It’s okay to have a little debt, but try not to use over 30% of your available credit. And whatever you do, don’t max out your cards. Credit card balances are reported on statement cutoff dates, so if you’ve accidentally gone over 30% on any given month, try to make an early payment to reduce your utilization.

Keep in mind that credit utilization is how much you borrow over allyour accounts. If you have one credit card with a $1,000 limit and another credit card with a $2,000 limit, your “safe” utilization amount is about $600 across both accounts—or 30% of $2,000. In other words, you can hold a $600 balance on your $1,000 card and a $0 balance on your $2,000 without messing up your credit, because your credit utilization ratio takes bothcredit limits into account.

Tip: Credit reports aren’t updated in real time. It can take up to 60 days for credit utilization information to show up.

3. Credit Age

Your credit age is based on the age of your oldest account. The older your credit, the more robust this part of your scoring model will get. You don’t have too much control over your credit age, so it only accounts for 15% of your FICO score.

One of the most important things you can do to keep your credit age solid is to not close older accounts. Keep your longest-held accounts open unless you have to close them for a good reason or they’re full of negative information. Lenders like to see that you have a long history of responsibly managing your credit accounts.

4. Credit Mix

Lenders like to see evidence that you can handle numerous types of debt—and that’s why credit mix is part of the FICO picture. Credit mix—the number of different credit cards, personal loans and other kinds of debt you hold—makes up 10% of your FICO score. 

Strictly speaking, there’s no ideal credit mix, but it won’t hurt to hold a couple of different types of accounts. Don’t apply for loans or credit cards arbitrarily, though, because every hard inquiry will ding your credit score a little. If you’re looking to boost your score, focus on credit utilization and payment history before credit mix.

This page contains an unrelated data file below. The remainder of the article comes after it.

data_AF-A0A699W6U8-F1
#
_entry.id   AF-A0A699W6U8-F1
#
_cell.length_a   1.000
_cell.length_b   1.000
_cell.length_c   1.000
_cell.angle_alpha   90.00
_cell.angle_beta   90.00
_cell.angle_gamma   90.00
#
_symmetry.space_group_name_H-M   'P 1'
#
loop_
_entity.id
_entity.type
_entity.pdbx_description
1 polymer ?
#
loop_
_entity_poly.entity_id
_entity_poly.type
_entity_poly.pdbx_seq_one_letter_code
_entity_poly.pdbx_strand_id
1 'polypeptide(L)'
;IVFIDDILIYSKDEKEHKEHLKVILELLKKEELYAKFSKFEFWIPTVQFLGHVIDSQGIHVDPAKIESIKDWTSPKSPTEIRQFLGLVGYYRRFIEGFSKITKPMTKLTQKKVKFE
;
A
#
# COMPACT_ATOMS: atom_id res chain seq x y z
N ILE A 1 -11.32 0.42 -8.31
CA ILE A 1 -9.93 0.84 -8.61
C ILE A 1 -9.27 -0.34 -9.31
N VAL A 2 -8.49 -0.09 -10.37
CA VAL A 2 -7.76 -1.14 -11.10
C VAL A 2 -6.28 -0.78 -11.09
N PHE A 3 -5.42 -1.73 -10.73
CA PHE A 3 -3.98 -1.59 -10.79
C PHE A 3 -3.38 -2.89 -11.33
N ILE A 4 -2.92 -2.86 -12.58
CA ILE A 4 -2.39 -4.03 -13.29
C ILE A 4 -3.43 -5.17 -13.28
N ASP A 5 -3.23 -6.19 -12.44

5. Credit inquiries

New credit inquiries make up about 10% of your credit score. In simple terms, every time you make a new credit application for revolving or installment credit, potential lenders pull your credit report. This is called a hard inquiry, which are documented to keep track of how actively you shop for credit.

Hard inquiries are recorded when you apply for loans or credit cards, and can ding your credit. That’s why you want to keep your credit applications to a minimum. Plus, if you shop for credit a lot, lenders think you’re in financial trouble even if you’re not. Hard inquiries stay on your credit report for two years, but they make the most impact on your score in the first 12 months.

Hard inquiries aren’t the same as soft inquiries. Soft inquiries happen when you pull your own credit, or when lenders pre-screen or pre-qualify you for credit offers. They don’t make an impact on your credit score at all.

What Are Some Reasons for a Soft Inquiry?

Here are four reasons you might see soft inquiries on your credit report:

  1. You ask for a copy of your own credit report.
  2. A credit card company reviews your general credit history to pre-screen or pre-approve you for a financial product.